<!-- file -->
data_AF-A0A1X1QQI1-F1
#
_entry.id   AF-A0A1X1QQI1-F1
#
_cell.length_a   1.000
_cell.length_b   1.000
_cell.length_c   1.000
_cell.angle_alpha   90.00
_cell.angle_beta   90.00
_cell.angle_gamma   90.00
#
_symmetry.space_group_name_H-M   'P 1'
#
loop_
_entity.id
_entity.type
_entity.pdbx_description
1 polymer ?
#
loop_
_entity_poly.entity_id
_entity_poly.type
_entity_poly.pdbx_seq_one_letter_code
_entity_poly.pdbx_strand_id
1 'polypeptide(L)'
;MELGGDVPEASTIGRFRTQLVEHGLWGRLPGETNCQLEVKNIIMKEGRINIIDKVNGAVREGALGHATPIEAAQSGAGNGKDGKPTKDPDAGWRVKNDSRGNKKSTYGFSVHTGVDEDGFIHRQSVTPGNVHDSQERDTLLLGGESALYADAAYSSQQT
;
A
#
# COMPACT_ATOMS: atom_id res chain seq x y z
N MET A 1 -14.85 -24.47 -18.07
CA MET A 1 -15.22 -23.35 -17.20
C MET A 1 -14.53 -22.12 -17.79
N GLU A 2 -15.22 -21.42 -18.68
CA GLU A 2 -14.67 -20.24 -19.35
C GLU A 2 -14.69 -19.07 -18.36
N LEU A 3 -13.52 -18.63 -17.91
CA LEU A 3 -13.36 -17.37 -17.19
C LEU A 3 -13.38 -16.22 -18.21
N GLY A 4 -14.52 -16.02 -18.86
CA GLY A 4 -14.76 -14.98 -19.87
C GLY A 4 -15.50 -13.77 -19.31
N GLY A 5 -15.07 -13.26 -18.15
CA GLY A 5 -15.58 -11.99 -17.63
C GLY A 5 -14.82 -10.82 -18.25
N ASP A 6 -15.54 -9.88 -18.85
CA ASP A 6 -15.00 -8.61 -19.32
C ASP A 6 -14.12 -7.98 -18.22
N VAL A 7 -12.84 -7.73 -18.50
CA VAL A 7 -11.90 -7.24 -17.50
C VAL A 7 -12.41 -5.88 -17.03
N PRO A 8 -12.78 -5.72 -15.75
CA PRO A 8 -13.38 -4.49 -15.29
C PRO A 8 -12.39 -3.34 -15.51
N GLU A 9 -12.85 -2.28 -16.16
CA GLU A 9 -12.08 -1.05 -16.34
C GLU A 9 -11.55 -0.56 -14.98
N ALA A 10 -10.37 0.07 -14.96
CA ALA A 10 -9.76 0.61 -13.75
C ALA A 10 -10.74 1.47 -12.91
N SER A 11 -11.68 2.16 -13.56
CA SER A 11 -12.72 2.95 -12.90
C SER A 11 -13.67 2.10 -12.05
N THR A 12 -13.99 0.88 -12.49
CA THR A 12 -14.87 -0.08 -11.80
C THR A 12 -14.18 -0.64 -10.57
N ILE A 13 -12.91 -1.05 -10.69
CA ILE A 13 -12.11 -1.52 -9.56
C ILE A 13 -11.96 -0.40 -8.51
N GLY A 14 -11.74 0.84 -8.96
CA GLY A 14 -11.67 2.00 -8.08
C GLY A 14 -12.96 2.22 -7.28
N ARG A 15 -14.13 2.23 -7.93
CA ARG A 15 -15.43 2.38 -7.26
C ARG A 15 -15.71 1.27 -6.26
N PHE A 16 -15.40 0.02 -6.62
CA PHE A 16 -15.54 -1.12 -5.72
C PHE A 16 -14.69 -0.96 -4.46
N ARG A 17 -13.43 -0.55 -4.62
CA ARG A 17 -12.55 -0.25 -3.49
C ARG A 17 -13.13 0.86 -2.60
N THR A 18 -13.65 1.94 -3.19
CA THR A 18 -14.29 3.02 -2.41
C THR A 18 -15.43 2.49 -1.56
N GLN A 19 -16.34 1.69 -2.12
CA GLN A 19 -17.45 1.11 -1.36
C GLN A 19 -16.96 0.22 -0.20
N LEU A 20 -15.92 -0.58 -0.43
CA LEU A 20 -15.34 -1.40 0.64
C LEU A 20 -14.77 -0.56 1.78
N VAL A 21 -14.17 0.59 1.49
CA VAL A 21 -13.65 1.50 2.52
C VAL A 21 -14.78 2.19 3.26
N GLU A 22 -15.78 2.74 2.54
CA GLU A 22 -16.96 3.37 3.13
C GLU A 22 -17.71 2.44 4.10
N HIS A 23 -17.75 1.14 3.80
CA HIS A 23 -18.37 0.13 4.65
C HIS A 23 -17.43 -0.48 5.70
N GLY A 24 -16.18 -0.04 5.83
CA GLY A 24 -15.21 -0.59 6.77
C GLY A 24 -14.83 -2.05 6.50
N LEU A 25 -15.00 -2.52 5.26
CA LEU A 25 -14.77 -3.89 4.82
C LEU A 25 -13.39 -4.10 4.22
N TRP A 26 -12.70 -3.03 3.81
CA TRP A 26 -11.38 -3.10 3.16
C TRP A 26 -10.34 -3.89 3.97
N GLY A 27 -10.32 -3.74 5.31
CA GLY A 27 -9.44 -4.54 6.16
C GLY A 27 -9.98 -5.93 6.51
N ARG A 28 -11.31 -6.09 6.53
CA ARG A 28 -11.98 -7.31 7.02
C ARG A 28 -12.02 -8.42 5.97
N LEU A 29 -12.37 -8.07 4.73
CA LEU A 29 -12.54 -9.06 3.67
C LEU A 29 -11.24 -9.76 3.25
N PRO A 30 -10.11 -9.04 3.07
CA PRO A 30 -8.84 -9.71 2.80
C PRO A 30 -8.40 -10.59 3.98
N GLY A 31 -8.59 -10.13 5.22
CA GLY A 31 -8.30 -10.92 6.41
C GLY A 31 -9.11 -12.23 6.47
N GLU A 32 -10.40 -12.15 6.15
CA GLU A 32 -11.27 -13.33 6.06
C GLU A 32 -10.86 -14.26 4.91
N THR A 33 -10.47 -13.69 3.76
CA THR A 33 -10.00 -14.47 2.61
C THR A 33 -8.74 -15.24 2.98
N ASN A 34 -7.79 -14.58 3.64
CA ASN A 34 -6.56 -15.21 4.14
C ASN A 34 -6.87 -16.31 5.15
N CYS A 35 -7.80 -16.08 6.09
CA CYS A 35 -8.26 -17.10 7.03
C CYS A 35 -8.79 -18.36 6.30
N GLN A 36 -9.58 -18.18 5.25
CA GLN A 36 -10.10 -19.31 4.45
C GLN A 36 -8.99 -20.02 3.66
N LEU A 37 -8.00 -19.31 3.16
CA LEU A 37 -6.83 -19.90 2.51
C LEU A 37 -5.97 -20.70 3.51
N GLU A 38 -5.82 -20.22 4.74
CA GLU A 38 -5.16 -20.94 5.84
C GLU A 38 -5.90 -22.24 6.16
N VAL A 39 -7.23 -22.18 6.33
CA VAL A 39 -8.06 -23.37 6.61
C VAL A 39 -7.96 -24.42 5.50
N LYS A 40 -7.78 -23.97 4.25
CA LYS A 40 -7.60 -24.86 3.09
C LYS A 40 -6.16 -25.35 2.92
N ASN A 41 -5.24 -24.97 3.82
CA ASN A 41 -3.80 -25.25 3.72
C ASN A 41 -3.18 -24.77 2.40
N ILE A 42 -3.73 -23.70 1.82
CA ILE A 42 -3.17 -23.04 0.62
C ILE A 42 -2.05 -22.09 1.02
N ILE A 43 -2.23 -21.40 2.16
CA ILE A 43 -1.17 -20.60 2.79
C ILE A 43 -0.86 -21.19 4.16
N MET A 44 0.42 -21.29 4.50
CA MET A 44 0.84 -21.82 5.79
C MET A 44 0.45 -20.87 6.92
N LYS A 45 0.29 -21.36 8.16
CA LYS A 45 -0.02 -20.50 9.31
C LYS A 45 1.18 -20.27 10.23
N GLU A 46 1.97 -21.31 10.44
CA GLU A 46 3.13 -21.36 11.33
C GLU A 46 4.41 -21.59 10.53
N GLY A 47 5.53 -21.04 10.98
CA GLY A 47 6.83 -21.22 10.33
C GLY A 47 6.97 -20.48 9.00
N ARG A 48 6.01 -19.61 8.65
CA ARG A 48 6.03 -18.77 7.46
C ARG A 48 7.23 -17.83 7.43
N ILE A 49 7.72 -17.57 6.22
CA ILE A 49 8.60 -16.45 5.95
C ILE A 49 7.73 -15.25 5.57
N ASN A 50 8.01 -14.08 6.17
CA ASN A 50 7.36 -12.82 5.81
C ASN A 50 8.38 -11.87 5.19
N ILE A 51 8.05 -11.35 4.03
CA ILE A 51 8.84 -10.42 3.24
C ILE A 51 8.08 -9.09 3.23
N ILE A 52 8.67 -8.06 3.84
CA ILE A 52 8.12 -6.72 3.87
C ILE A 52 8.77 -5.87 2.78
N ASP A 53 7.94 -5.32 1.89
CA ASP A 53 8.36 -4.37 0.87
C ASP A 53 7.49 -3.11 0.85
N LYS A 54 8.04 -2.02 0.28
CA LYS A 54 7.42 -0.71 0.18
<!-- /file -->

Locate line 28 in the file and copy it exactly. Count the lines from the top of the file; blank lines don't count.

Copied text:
A